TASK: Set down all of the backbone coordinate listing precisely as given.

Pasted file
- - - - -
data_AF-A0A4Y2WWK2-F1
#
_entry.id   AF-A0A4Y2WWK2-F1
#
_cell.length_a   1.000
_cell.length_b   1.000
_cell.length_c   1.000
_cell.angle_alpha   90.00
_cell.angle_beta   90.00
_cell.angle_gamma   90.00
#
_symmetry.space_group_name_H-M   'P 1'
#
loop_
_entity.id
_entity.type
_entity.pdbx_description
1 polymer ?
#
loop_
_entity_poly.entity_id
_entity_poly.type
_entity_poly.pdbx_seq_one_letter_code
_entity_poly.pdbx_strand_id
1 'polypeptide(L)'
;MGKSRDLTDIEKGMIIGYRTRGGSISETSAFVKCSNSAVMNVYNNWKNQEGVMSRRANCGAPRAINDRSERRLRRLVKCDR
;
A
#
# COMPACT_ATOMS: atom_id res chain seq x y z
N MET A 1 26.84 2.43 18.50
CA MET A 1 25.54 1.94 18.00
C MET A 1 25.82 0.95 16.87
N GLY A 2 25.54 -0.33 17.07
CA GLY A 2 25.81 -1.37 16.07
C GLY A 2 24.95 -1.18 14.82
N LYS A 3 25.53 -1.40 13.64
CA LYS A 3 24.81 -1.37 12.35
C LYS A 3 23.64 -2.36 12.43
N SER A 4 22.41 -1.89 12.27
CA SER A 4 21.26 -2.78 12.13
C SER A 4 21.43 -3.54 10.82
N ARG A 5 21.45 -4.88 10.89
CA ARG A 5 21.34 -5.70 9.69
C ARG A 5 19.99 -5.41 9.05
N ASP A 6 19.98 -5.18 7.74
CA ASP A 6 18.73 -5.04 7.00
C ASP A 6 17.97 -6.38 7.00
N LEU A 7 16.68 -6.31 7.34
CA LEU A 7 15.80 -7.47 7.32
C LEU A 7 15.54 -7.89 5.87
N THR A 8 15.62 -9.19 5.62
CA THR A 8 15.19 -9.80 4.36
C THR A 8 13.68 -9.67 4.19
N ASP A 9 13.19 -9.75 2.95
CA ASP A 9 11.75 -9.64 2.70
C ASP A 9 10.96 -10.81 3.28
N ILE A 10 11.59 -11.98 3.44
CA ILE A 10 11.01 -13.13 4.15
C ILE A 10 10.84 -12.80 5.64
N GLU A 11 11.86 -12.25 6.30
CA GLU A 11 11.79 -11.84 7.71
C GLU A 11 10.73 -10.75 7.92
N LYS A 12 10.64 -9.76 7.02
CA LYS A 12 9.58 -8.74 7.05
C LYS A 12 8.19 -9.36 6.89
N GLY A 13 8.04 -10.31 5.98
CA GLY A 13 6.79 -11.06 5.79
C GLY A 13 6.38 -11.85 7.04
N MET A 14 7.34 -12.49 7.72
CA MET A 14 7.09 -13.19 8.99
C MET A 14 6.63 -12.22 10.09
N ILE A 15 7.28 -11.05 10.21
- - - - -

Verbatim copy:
data_AF-A0A4Y2WWK2-F1
#
_entry.id   AF-A0A4Y2WWK2-F1
#
_cell.length_a   1.000
_cell.length_b   1.000
_cell.length_c   1.000
_cell.angle_alpha   90.00
_cell.angle_beta   90.00
_cell.angle_gamma   90.00
#
_symmetry.space_group_name_H-M   'P 1'
#
loop_
_entity.id
_entity.type
_entity.pdbx_description
1 polymer ?
#
loop_
_entity_poly.entity_id
_entity_poly.type
_entity_poly.pdbx_seq_one_letter_code
_entity_poly.pdbx_strand_id
1 'polypeptide(L)'
;MGKSRDLTDIEKGMIIGYRTRGGSISETSAFVKCSNSAVMNVYNNWKNQEGVMSRRANCGAPRAINDRSERRLRRLVKCDR
;
A
#
# COMPACT_ATOMS: atom_id res chain seq x y z
N MET A 1 26.84 2.43 18.50
CA MET A 1 25.54 1.94 18.00
C MET A 1 25.82 0.95 16.87
N GLY A 2 25.54 -0.33 17.07
CA GLY A 2 25.81 -1.37 16.07
C GLY A 2 24.95 -1.18 14.82
N LYS A 3 25.53 -1.40 13.64
CA LYS A 3 24.81 -1.37 12.35
C LYS A 3 23.64 -2.36 12.43
N SER A 4 22.41 -1.89 12.27
CA SER A 4 21.26 -2.78 12.13
C SER A 4 21.43 -3.54 10.82
N ARG A 5 21.45 -4.88 10.89
CA ARG A 5 21.34 -5.70 9.69
C ARG A 5 19.99 -5.41 9.05
N ASP A 6 19.98 -5.18 7.74
CA ASP A 6 18.73 -5.04 7.00
C ASP A 6 17.97 -6.38 7.00
N LEU A 7 16.68 -6.31 7.34
CA LEU A 7 15.80 -7.47 7.32
C LEU A 7 15.54 -7.89 5.87
N THR A 8 15.62 -9.19 5.62
CA THR A 8 15.19 -9.80 4.36
C THR A 8 13.68 -9.67 4.19
N ASP A 9 13.19 -9.75 2.95
CA ASP A 9 11.75 -9.64 2.70
C ASP A 9 10.96 -10.81 3.28
N ILE A 10 11.59 -11.98 3.44
CA ILE A 10 11.01 -13.13 4.15
C ILE A 10 10.84 -12.80 5.64
N GLU A 11 11.86 -12.25 6.30
CA GLU A 11 11.79 -11.84 7.71
C GLU A 11 10.73 -10.75 7.92
N LYS A 12 10.64 -9.76 7.02
CA LYS A 12 9.58 -8.74 7.05
C LYS A 12 8.19 -9.36 6.89
N GLY A 13 8.04 -10.31 5.98
CA GLY A 13 6.79 -11.06 5.79
C GLY A 13 6.38 -11.85 7.04
N MET A 14 7.34 -12.49 7.72
CA MET A 14 7.09 -13.19 8.99
C MET A 14 6.63 -12.22 10.09
N ILE A 15 7.28 -11.05 10.21